by Stephanie Chambers
Firstly – what is shame?
A woman who has researched shame for over 10 years – Brené Brown – defines “shame” as “the intensely painful feeling or experience of believing that we are flawed and therefore unworthy of love and belonging – something we’ve experienced, done, or failed to do makes us unworthy of connection.”*
She says “shame” is different to “guilt” because with guilt we focus on the behavior – the action or inaction – we have done and how that doesn’t fit our overall image of ourselves. Whereas with “shame” we blame ourselves for that action or inaction. If we just feel guilty, we can work on that and next time make sure that we don’t do something that doesn’t fit with who we see ourselves as being. With shame we just tend to wallow in it and it can lead to depression and be a negative spiral.
She cites research by Dan Ariely in which more people were willing to admit that they sometimes cheated, but when other subjects in the study were told it was about “being cheaters”, less were willing to identify themselves that way. That’s because with one, they may feel “guilty” about what they have done, whereas the other means feeling “ashamed” of what they are.
People often try and use shame as a way to make us change. But it never works and only damages us. For example, our family may “tease” us about being fat. They mean well, but they don’t realize that loving us and forming a deep connection with us will do more to help us than any amount of teasing. Change has to come from within and the impetus and ability to succeed is more likely to come when we feel strong and supported.
Often our shame behaviors arise when we are children. We sometimes even learn what to be ashamed about from our parents (not that we should be ashamed about anything). That’s also why it is sometimes important to receive family counseling to ensure that you don’t pass down incorrect shame behaviors to your children.
What is shame resilience?
As part of her research on shame, Brené Brown found that there were four characteristics of people who were more resistant to feeling ashamed:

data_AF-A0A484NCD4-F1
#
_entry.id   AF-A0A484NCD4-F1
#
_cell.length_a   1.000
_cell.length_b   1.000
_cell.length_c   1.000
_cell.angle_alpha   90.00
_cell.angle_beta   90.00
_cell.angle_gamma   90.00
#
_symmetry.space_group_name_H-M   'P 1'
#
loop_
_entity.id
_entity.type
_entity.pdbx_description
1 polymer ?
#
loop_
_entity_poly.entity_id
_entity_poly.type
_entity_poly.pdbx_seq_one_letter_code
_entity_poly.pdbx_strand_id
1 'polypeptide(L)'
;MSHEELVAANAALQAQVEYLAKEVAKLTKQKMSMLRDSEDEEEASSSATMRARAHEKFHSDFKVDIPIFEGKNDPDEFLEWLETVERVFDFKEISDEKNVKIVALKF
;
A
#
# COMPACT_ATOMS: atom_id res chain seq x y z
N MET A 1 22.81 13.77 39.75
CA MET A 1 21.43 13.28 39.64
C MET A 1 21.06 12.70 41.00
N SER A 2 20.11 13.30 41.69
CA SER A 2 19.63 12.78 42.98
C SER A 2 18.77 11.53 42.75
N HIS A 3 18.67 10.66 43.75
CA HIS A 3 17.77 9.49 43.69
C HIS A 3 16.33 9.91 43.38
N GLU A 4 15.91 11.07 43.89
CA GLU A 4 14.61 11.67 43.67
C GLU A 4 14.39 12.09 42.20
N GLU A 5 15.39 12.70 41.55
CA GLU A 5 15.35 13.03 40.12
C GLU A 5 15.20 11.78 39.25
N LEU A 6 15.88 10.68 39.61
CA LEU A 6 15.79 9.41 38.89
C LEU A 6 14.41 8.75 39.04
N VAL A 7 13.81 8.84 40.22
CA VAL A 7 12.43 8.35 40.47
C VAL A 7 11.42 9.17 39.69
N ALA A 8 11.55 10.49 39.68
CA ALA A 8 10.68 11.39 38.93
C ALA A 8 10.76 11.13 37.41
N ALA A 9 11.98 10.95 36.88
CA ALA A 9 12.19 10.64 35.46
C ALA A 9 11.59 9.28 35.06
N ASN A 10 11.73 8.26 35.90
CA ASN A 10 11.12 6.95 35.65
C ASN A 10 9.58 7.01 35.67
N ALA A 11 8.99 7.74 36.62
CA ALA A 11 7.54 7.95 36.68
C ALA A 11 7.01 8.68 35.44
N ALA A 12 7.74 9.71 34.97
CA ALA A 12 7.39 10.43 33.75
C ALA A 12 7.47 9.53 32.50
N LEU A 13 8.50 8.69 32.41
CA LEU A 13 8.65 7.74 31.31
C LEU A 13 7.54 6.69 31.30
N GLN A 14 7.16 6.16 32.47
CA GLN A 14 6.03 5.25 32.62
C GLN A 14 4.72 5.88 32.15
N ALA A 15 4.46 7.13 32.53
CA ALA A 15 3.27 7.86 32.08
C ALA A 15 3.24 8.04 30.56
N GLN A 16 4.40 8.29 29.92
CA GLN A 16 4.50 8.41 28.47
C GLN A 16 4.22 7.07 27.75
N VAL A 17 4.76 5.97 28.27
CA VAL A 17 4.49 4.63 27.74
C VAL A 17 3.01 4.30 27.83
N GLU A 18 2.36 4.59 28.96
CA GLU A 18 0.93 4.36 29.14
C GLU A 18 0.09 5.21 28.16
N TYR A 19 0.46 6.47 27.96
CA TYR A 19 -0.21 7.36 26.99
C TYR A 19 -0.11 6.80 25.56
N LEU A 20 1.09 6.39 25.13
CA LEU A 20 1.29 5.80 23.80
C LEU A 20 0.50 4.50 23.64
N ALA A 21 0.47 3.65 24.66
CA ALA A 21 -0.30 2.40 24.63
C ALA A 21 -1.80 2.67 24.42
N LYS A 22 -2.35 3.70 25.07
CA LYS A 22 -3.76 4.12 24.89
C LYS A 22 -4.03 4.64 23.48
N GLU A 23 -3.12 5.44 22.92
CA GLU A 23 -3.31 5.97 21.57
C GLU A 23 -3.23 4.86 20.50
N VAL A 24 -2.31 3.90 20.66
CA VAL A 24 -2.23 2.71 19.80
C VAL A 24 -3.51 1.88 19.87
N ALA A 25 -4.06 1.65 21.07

- Recognizing what triggers their own feelings of shame.
- A high level of awareness of their own shame web (i.e. things that are trying to influence them to be or act a certain way etc.).
- A willingness to reach out to others (i.e. to give and receive “empathy” not “sympathy”).
- The ability to speak about their own shame and how they work to overcome it.
It isn’t necessarily that a person develops these skills in this order. The skills can come in any order.
What is empathy and how is it different to sympathy?
Brené explains that empathy involves listening and then trying to view the situation from that person’s perspective. Sometimes it can be hard to put ourselves in someone else’s shoes as their experience can feel remote from our own lives. But if you dig deeper you can usually find some parallels to things you have experienced.
For example, if someone talks about how their black family feel they are acting superior to them (even though they aren’t) just because they are going to a mostly white medical school. You might see that this is similar to living in the two worlds of being a professional versus being a mother.
As part of the process of trying to give an empathetic response when someone tells you about their experiences, its important to not judge them and to focus instead of the emotions they must be feeling. And then communicating to them that you recognize that emotion.
Brené says you shouldn’t say “I know what that’s like” because no one has ever experienced exactly what someone else has experienced. And you don’t want them to think you feel their experience isn’t that bad. Instead it’s better to say something like “that must make you feel very lonely – is there anything I can do to help”. The main aim is to form a connection.
When someone is sympathetic instead of empathetic they generally say things like “Oh you poor thing” and “I would never do something like that”. It tends to lead to the other person feeling rejected.
How can you develop these shame resilience skills?
Certainly I would recommend reading Brené Brown’s book “I Thought It Was Just Me (but it isn’t): Making the Journey from “What Will People Think?” to “I Am Enough”“. It contains a number of exercises that can be useful in recognizing and overcoming shame. She says you might still feel shame, but at least you will now know how to deal with it.
Learning how to be empathetic to others can really help us with our own ability to recognize and manage shame.
You may also like to talk to a counselor at ABCDupage about it. They can help you to identify your shame triggers and formulate strategies to help you cope with the things you feel shame about.